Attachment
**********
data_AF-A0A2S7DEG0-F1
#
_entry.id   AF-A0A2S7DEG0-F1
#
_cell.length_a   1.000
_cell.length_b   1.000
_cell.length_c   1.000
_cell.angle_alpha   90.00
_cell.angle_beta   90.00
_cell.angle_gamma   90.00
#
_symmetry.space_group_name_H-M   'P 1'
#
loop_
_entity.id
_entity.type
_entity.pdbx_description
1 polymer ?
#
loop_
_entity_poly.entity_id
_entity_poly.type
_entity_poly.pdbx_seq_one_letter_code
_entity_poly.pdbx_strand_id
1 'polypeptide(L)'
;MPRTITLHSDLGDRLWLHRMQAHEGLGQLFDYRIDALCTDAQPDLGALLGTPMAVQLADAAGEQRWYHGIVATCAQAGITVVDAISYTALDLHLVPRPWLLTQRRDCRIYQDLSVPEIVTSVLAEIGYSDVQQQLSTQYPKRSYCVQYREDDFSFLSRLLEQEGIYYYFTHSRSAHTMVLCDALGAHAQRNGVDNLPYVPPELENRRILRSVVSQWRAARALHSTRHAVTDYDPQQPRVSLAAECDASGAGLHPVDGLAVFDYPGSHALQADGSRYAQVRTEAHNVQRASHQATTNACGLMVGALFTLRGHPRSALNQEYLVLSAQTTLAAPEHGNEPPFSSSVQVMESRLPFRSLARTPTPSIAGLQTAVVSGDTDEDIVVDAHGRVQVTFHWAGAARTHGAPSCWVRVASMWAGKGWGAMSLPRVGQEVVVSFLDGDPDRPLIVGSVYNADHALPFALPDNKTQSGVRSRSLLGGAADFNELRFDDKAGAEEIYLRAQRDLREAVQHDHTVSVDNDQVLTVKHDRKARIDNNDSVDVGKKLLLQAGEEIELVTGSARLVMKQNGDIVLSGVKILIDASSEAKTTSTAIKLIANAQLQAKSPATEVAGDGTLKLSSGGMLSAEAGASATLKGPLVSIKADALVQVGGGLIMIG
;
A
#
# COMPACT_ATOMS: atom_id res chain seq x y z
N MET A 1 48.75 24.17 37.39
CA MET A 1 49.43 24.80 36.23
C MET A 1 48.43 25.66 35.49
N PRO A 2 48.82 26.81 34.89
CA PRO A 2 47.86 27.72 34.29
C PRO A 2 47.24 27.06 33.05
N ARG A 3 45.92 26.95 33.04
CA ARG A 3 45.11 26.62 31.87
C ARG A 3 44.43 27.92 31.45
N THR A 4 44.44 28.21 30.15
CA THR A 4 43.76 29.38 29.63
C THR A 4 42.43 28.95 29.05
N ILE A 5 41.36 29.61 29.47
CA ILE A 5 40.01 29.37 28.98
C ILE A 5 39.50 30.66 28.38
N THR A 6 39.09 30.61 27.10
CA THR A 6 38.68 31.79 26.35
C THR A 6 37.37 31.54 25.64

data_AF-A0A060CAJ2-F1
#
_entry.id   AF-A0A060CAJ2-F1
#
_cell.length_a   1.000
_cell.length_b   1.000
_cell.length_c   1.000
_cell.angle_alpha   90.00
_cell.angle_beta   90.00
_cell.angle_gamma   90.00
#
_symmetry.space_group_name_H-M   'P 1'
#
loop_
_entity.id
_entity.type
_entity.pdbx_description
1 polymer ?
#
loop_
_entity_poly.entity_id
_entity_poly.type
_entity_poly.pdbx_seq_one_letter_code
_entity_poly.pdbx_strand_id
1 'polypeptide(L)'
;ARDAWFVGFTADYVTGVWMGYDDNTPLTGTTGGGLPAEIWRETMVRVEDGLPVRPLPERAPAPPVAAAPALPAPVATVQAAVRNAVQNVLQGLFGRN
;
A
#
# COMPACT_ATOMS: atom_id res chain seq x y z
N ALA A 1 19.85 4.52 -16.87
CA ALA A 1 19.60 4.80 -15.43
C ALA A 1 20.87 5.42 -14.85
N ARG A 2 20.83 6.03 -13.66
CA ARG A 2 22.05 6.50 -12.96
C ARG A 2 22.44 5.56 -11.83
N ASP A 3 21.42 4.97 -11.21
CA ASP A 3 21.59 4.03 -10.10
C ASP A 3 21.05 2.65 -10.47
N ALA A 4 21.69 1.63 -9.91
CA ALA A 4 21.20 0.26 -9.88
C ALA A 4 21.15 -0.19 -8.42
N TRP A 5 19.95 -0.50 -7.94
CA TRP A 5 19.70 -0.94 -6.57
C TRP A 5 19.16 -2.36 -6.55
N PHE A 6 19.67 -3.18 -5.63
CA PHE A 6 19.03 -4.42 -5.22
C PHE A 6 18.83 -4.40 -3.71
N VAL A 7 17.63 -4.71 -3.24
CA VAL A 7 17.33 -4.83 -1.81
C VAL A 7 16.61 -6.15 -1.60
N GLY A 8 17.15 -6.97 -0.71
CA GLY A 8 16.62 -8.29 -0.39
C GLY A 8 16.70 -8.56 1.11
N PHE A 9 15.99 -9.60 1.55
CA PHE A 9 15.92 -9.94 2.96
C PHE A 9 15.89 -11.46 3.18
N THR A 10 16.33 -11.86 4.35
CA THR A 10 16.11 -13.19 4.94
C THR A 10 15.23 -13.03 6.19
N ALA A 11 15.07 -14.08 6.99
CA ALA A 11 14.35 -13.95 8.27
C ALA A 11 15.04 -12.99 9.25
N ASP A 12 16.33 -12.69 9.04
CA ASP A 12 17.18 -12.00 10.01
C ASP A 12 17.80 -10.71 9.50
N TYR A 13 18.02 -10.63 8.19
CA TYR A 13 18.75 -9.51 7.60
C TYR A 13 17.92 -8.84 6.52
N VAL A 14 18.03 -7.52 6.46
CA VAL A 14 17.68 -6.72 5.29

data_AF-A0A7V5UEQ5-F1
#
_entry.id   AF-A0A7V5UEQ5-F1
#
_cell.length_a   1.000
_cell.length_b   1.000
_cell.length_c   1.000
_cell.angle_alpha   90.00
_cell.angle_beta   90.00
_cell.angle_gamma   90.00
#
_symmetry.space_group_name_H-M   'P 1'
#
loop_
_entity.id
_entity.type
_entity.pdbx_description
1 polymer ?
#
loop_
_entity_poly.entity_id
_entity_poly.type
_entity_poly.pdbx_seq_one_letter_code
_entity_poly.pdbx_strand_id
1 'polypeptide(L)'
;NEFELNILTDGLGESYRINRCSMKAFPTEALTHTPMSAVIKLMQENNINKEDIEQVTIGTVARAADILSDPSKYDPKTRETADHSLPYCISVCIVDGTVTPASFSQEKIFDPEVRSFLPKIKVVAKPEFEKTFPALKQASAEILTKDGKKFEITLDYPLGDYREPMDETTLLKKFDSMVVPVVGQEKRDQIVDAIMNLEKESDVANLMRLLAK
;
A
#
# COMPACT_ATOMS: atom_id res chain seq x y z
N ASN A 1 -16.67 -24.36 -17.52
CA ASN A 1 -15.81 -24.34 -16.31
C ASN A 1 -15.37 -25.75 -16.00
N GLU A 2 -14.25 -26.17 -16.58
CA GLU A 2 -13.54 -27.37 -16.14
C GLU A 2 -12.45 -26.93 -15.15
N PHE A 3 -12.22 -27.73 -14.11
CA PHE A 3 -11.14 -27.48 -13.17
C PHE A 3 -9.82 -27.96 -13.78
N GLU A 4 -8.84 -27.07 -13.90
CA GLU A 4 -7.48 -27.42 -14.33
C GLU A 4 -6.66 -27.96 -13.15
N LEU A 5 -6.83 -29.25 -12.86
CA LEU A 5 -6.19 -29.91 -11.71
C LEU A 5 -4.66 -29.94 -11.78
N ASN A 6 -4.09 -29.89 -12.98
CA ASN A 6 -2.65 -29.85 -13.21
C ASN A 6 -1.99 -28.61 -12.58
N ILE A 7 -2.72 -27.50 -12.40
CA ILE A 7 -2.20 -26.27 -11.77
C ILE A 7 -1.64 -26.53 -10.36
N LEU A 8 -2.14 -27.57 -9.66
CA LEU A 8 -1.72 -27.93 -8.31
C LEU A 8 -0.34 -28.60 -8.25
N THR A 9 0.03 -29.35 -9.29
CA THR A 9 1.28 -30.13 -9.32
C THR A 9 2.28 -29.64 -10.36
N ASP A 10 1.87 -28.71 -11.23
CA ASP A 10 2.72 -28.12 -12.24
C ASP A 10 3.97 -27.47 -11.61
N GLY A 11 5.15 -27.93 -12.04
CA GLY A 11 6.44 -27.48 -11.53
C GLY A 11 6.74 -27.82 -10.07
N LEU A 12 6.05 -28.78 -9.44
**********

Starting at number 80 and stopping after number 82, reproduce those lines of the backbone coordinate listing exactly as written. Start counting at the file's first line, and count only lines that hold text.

CA ALA A 1 19.60 4.80 -15.43
C ALA A 1 20.87 5.42 -14.85
N ARG A 2 20.83 6.03 -13.66